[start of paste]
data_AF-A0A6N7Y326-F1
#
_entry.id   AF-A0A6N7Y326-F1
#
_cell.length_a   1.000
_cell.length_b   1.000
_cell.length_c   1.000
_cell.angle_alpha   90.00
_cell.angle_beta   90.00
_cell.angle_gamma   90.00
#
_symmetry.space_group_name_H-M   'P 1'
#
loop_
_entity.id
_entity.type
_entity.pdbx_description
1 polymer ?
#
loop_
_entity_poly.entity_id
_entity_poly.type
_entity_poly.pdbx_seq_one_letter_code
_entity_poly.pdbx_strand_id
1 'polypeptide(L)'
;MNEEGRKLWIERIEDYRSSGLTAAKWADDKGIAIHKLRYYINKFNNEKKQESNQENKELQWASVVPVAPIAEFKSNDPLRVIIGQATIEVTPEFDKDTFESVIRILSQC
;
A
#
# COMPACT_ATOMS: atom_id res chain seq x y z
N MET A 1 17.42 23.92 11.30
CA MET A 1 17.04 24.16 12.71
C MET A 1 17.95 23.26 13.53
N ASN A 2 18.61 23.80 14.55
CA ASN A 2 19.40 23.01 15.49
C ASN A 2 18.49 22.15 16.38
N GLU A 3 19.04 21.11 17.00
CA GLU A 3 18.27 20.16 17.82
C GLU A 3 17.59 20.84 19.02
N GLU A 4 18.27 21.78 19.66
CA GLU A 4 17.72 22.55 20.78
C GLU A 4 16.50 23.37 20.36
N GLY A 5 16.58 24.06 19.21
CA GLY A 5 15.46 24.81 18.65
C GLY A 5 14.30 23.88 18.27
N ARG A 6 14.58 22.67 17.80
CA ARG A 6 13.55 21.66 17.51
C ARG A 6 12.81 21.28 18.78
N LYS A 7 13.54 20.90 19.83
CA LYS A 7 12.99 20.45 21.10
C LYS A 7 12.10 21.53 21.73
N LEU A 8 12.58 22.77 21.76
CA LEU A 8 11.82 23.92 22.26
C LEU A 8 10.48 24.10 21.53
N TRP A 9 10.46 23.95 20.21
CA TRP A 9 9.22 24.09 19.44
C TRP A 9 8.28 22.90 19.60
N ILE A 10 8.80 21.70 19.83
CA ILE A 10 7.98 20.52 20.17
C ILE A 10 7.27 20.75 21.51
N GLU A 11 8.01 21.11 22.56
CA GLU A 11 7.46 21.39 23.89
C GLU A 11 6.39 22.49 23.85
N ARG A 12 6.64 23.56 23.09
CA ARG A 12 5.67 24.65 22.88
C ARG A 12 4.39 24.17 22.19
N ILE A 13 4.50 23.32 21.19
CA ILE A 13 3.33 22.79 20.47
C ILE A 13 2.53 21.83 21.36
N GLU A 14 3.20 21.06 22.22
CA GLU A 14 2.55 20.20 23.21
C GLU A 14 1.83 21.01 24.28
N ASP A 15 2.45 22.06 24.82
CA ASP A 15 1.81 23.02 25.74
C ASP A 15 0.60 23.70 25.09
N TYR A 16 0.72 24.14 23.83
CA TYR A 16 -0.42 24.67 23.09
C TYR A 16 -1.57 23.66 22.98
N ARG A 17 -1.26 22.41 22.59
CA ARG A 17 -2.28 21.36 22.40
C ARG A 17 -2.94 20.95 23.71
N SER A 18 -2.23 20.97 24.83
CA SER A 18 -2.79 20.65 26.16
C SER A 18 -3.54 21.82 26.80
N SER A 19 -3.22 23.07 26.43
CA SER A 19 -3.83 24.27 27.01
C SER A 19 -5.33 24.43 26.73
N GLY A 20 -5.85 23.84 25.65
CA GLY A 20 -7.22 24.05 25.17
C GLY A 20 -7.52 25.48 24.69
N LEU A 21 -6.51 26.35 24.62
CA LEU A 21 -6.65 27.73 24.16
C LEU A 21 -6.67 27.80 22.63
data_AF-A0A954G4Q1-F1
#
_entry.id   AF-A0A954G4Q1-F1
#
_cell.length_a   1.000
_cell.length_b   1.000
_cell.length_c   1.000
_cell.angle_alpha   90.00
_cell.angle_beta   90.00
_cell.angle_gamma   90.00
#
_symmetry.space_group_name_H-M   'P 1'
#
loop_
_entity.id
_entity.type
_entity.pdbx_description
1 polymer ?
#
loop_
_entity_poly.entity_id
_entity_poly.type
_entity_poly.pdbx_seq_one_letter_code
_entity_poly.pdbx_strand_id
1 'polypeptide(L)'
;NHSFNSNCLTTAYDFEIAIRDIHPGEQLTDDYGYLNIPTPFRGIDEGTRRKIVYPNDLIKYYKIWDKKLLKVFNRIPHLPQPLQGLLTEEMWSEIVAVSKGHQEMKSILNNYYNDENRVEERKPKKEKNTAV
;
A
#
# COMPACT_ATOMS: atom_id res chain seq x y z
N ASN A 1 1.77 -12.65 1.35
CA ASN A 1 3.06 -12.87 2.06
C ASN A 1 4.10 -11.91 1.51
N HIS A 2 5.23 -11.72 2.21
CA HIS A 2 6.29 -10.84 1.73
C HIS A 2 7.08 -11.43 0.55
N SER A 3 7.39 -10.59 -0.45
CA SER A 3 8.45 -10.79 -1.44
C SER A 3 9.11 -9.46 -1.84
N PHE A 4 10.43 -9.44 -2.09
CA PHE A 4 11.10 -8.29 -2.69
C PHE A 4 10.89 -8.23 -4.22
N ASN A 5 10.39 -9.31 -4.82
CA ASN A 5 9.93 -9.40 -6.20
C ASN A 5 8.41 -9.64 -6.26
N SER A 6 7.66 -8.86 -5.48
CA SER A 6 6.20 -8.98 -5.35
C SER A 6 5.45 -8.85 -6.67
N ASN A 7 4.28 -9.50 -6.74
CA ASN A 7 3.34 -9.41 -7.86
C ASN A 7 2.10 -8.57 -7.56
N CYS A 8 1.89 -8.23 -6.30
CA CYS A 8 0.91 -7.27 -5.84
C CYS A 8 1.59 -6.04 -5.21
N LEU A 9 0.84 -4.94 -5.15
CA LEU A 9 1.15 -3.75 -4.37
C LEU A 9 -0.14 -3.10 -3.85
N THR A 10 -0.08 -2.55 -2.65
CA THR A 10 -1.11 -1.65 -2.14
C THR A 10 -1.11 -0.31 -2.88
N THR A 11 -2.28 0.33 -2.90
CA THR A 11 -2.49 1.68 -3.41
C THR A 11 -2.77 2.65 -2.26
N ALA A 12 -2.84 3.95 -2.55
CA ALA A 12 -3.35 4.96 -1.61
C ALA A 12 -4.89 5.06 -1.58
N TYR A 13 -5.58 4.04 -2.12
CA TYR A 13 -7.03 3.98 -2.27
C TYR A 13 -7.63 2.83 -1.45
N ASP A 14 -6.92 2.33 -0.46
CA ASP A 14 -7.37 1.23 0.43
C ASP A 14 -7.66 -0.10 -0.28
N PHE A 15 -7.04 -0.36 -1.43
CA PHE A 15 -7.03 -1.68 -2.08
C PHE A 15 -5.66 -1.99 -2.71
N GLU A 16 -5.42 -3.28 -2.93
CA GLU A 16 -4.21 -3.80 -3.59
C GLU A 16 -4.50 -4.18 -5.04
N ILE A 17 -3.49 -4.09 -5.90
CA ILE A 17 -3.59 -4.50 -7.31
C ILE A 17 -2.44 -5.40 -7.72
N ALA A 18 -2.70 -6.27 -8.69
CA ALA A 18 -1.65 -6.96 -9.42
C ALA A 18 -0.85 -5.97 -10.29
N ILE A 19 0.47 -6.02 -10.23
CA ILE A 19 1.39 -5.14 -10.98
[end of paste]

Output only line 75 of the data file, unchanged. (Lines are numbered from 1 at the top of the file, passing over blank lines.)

C ASP A 15 0.60 23.70 25.09